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e-mails fell into those categories. that seems to me to provide some context to what took place here. did secretary clinton's legal team -- excuse me. let me ask it this way, did secretary clinton know her legal team deleted those e-mails that they kept from us? >> i don't believe so. >> did secretary clinton approve those e-mails being deleted? >> i don't think there was any specific instruction or conversation between the secretary and her lawyers about that. >> did you ask that question. >> yes. >> did secretary clinton know that her lawyers cleaned devices in such a way to procollude complete forensic recovery. >> why believe she did. >> did you ask that question? >> yes. >> do you see how someone could view the context of what she did, set up a private system, she controlled it, she kept
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everything on it, we now know that they did for that very reason so no one could see what was there, based on the deposition and then when they got caught they delete what they had and they scrubbed their devices. is that part of the context of evaluating this decision? >> sure and. >> i yield back. >> thank you. we'll now recognize the gentle woman from the district of columbia. >> thank you mr. chairman. i appreciate your conduct of this investigation in a nonpartisan way. and lead presidents of both parties to appoint highly placed law enforcement positions in our federal government. i want to say for the record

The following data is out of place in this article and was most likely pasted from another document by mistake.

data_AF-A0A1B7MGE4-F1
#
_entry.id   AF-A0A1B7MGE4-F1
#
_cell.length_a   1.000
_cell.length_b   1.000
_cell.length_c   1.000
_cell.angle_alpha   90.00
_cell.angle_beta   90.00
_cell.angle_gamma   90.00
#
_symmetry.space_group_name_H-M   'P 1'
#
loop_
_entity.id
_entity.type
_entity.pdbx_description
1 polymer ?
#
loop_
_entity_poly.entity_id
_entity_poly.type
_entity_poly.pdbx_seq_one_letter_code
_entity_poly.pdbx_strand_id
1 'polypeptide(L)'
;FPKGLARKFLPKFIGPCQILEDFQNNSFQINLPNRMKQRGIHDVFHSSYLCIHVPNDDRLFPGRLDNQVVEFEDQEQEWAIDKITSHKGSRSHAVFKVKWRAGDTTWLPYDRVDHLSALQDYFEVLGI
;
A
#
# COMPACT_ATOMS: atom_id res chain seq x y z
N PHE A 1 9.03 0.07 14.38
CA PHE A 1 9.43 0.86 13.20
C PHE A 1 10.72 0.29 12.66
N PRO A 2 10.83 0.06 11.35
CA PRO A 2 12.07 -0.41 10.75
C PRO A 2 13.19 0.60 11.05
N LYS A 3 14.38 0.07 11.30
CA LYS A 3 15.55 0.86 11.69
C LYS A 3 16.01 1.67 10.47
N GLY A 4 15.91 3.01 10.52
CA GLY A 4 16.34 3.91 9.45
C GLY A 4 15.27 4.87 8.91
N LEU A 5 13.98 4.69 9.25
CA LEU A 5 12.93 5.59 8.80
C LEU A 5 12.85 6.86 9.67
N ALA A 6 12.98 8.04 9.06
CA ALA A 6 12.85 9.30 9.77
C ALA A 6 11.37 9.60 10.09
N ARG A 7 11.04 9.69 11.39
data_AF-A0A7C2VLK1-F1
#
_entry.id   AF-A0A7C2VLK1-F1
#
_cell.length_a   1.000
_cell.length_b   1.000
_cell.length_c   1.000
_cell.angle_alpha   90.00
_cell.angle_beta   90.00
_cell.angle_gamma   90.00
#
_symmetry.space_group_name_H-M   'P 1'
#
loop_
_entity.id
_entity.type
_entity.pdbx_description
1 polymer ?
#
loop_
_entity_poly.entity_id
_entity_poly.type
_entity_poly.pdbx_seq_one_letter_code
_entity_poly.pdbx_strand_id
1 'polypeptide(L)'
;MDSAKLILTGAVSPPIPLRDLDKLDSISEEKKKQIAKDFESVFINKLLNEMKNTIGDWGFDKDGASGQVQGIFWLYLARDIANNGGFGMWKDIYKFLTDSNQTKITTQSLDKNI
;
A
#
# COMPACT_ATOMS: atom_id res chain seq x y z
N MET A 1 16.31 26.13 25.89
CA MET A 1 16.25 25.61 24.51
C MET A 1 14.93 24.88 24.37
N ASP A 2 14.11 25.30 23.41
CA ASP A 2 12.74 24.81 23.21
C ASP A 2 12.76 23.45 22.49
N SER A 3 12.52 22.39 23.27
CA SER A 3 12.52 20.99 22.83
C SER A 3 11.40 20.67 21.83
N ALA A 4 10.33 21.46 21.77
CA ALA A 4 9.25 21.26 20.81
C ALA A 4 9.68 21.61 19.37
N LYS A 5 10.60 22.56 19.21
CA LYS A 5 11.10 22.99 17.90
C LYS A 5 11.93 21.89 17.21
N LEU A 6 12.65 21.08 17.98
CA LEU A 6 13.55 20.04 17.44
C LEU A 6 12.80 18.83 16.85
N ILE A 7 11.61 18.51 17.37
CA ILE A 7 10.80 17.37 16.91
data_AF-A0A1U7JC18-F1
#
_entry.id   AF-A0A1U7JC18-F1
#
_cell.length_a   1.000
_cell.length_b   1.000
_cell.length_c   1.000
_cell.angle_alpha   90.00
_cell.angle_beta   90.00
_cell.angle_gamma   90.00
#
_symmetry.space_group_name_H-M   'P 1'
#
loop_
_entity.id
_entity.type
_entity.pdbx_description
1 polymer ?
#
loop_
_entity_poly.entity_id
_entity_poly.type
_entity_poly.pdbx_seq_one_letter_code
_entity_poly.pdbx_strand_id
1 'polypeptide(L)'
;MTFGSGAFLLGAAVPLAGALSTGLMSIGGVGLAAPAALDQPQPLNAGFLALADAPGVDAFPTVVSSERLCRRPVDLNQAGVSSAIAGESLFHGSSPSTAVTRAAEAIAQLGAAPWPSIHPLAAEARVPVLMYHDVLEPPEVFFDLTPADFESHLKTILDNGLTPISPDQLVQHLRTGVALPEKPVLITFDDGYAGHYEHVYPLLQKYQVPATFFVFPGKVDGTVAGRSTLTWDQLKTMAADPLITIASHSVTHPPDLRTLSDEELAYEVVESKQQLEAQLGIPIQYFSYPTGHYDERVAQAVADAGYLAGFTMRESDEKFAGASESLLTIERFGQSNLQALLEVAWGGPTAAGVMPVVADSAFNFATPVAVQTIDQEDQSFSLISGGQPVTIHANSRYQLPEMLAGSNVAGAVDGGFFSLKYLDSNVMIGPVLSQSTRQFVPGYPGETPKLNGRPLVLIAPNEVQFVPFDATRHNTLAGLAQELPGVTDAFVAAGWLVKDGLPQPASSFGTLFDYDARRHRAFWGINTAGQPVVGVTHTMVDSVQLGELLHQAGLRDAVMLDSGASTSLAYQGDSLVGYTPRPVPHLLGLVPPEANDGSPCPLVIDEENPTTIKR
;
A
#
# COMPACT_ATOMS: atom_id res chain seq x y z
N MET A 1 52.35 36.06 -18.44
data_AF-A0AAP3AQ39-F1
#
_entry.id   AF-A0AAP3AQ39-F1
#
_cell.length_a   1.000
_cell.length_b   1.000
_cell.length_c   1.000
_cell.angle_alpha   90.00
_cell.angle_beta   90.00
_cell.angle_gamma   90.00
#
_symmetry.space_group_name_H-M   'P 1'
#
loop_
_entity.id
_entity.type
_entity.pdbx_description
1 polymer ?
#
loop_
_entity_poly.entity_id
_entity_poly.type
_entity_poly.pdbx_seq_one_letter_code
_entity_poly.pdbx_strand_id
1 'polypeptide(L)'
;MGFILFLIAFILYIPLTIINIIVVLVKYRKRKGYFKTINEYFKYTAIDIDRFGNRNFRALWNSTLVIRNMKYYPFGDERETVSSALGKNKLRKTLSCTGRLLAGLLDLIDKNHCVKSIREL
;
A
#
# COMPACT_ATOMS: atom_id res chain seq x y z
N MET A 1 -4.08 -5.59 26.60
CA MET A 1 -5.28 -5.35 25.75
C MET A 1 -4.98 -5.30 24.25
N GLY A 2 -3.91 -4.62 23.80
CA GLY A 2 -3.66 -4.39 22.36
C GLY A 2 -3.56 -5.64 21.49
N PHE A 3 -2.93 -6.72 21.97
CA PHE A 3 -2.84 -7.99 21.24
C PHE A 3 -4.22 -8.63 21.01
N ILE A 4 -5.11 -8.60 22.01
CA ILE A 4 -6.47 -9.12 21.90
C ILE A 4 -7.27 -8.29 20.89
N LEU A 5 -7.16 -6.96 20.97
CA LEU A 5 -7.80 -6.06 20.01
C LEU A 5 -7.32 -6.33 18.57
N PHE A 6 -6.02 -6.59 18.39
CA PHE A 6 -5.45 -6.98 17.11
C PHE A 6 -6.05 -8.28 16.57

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that this hearing where you call the prosecutor mr. comey stand in the place of the prosecutor because the attorney general has accepted entirely the fbi's recommendations, when you call the prosecutor to give account for the decision to prosecute or not a particular individual raises serious questions of separation of powers and particularly when you're questioning the prosecutor's decision with respect to the decision to prosecute or not, a particular individual raises serious constitutional questions. these hearings are are so often